Now, the justices must decide whether they should hear the challenge, or send the case back down to the lower courts to take a fresh look.

01:31 - Source: CNN
Trump's latest travel ban

Immigration

The court this week will rehear two immigration-related cases will be watched closely for tea leaves of what justices are thinking on the travel ban, although they don’t pertain to it specifically.

Monday, the court will rehear a case concerning mandatory deportation of lawful permanent residents for criminal convictions.

The Sessions v. Dimaya case was argued before the court in January, before Gorsuch was nominated and confirmed. At the end of June, the justices signaled they were divided 4-4 on at least some aspects of the case and wanted Gorsuch to weigh in.

Tuesday, justices rehear another immigration related case, Jennings v. Rodriguez. The case was brought by a class of immigrants – some who sought entrance at the border, others lawful permanent residents – who are fighting removal and arguing that they cannot be held in prolonged detention. After six months of detention, they seek hearings to prove that they are neither a flight risk nor a danger to society.

“Both cases implicate the scope of the government’s authority over different classes of immigrants in ways that won’t directly bear on the travel ban litigation, but could provide important clues into what the key justices are thinking,” said CNN legal analyst and University of Texas Law School professor Steve Vladeck.

Voting rights and gerrymandering

Tuesday, justices will tackle a case that could reshape electoral maps across the country.

At issue is partisan gerrymandering – or the length to which legislators go when they manipulate district lines for partisan advantage. Democratic voters in Wisconsin are challenging maps they say were drawn unconstitutionally to benefit Republicans.

Wisconsin voter hopes Supreme Court will revolutionize map drawing

While the Supreme Court has a standard limiting the overreliance on race in map drawing except under the most limited circumstances, it has never been successful in developing a test concerning the overreliance on politics.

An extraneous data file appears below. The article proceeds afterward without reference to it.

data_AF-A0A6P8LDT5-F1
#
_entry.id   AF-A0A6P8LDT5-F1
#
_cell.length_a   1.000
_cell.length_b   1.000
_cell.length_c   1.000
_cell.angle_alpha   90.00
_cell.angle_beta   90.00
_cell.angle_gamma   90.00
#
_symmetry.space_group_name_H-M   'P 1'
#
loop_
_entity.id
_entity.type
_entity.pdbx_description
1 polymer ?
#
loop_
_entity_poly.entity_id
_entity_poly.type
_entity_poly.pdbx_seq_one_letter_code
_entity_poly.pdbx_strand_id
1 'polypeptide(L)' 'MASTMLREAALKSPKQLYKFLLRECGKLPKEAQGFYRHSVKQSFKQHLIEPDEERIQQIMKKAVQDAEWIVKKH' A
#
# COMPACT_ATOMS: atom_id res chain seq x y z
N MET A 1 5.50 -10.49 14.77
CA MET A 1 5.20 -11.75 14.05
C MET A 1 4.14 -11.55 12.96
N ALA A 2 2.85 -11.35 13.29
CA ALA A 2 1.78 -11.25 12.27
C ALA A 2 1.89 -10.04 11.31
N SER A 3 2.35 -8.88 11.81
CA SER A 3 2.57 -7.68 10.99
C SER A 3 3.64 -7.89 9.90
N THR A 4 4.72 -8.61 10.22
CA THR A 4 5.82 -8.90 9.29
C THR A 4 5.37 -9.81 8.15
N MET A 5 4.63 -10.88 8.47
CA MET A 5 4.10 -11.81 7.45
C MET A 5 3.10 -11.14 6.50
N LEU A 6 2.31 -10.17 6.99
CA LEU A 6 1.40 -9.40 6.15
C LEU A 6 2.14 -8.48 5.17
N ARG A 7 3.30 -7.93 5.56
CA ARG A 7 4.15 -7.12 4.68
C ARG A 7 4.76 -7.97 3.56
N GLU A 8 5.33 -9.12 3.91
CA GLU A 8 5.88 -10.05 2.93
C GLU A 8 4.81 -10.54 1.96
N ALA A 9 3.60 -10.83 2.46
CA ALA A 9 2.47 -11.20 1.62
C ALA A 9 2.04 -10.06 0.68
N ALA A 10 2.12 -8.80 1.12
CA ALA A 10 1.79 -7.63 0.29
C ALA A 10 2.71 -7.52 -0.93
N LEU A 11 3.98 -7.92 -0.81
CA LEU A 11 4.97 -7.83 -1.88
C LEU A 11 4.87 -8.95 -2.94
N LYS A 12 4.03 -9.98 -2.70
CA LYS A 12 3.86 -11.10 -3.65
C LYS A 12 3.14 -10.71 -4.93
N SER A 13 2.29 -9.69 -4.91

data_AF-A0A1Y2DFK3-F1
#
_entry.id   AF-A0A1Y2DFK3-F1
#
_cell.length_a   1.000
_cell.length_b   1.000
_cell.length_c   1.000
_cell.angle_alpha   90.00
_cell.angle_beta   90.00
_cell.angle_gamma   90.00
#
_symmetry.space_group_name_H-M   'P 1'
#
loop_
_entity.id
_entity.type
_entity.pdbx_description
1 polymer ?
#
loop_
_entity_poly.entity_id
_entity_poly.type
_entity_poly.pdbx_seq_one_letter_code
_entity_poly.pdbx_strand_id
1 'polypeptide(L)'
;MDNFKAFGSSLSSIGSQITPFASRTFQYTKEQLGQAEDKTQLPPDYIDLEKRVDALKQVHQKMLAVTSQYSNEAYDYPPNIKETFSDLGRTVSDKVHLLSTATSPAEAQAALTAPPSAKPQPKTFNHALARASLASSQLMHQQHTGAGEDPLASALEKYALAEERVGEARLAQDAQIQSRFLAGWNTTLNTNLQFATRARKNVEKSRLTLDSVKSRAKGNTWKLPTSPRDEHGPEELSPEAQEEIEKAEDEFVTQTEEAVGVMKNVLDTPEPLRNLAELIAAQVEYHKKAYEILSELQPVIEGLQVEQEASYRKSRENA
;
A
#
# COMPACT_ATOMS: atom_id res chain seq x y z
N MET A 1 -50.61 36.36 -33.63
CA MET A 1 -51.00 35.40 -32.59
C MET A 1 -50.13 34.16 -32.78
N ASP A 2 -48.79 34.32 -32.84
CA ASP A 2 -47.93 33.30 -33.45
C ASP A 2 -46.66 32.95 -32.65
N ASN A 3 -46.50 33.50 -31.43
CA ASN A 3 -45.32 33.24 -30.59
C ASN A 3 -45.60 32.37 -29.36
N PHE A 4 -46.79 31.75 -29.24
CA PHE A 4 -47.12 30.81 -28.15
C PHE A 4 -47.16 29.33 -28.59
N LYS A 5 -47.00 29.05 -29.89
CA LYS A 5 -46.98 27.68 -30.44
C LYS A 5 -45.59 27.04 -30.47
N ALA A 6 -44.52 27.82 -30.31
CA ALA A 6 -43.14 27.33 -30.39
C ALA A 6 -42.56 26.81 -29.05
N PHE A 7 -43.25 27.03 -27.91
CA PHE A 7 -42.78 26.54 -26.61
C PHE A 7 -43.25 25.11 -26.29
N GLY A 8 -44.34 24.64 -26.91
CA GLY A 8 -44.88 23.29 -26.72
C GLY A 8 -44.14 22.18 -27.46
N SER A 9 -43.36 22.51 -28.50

Wisconsin, in its arguments, says that both the challengers have no power to bring such a claim and that the issue should be decided not by the judiciary but the political branches.

Redistricting is an issue close to former President Barack Obama, who has vowed to dedicate part of his post-presidency to the issue. Prominent Republicans such as Arizona Sen. John McCain and former California Gov. Arnold Schwarzenegger have filed briefs in support of the challengers, arguing that the issue does not only adversely impact Democrats.

“It’s not a Democratic or a Republican issue,” Schwarzenegger said in a recent conference call,” it’s simply a power issue.”

Another election law case, Husted v. Randolph Institute, will be heard in early November dealing with Ohio’s method of removing names from its voter rolls. A federal appeals court ruled that the program violates the National Voter Registration Act.

Religious liberty

One of the most controversial cases of the term pits claims of religious liberty against LGBT rights.

At the center of the case is Jack Phillips, who owns a bakery called Masterpiece Cakeshop in Colorado. In 2012, he refused to make a cake to honor a couple’s same-sex marriage, citing his religious beliefs. Lower courts ruled in favor of the couple, citing a state anti -discrimination law.

Now Phillips, who calls himself a “cake artist,” is asking the Supreme Court to protect his rights, and he received a big boost last month from the Trump administration.

“Forcing Phillips to create expression for and participate in a ceremony that violates his sincerely held religious beliefs invades his First Amendment rights,” acting Solicitor General Jeff Wall wrote for the Justice Department in briefs filed to the court.

“The government may not enact content-based laws commanding a speaker to engage in protected expression: An artist cannot be forced to paint, a musician cannot be forced to play, and a poet cannot be forced to write,” Wall added.

Louise Melling, an ACLU lawyer representing the plaintiffs, says that the Masterpiece case is “making a radical argument.”

“When you look at it, they are saying there is a constitutional right, whether it’s rooted in speech or religion, to discriminate,” she said in an recent interview.

“A ruling for the bakery would have implications far beyond LGBT people and would put in jeopardy our longstanding laws against discrimination,” she said.

01:08 - Source: CNN
Wedding cake leads to Supreme Court case

Cell phone privacy

The court will also hear a major case concerning privacy in the digital age when it determines whether investigators need to obtain a warrant for cell tower data to track and reconstruct location and movements of cell phone users over extended periods of time.

The case was brought by the ACLU on behalf of two men who were arrested after a string of robberies in Michigan and Ohio. At trial, the government’s evidence included records from the defendants’ phones that showed that the men used their phones within a close radius to several robberies.

How the justices decide the issue could provide a framework for other issues such as facial recognition technology and surveillance law.

Most courts have held that there is a diminished privacy interest in this area because the information has already been provided to third parties such as phone companies.